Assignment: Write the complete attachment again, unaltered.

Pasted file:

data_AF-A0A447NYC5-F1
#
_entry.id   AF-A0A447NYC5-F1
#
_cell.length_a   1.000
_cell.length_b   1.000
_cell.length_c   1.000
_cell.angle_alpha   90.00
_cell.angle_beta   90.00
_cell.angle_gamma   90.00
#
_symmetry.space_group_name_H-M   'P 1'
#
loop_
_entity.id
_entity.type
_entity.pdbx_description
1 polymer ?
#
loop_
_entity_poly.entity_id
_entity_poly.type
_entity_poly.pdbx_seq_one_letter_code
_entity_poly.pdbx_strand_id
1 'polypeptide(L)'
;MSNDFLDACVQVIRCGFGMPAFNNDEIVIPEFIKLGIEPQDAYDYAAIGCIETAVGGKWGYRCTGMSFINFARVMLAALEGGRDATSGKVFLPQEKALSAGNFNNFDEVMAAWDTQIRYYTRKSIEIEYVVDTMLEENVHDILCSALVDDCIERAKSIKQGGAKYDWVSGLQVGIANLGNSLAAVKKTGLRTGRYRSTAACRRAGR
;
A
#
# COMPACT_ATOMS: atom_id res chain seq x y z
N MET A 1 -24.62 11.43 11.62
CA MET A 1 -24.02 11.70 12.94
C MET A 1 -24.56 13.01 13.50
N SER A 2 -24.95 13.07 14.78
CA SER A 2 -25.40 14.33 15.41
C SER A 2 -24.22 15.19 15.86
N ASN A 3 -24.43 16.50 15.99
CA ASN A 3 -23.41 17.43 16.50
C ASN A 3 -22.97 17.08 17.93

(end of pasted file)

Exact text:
data_AF-A0A447NYC5-F1
#
_entry.id   AF-A0A447NYC5-F1
#
_cell.length_a   1.000
_cell.length_b   1.000
_cell.length_c   1.000
_cell.angle_alpha   90.00
_cell.angle_beta   90.00
_cell.angle_gamma   90.00
#
_symmetry.space_group_name_H-M   'P 1'
#
loop_
_entity.id
_entity.type
_entity.pdbx_description
1 polymer ?
#
loop_
_entity_poly.entity_id
_entity_poly.type
_entity_poly.pdbx_seq_one_letter_code
_entity_poly.pdbx_strand_id
1 'polypeptide(L)'
;MSNDFLDACVQVIRCGFGMPAFNNDEIVIPEFIKLGIEPQDAYDYAAIGCIETAVGGKWGYRCTGMSFINFARVMLAALEGGRDATSGKVFLPQEKALSAGNFNNFDEVMAAWDTQIRYYTRKSIEIEYVVDTMLEENVHDILCSALVDDCIERAKSIKQGGAKYDWVSGLQVGIANLGNSLAAVKKTGLRTGRYRSTAACRRAGR
;
A
#
# COMPACT_ATOMS: atom_id res chain seq x y z
N MET A 1 -24.62 11.43 11.62
CA MET A 1 -24.02 11.70 12.94
C MET A 1 -24.56 13.01 13.50
N SER A 2 -24.95 13.07 14.78
CA SER A 2 -25.40 14.33 15.41
C SER A 2 -24.22 15.19 15.86
N ASN A 3 -24.43 16.50 15.99
CA ASN A 3 -23.41 17.43 16.50
C ASN A 3 -22.97 17.08 17.93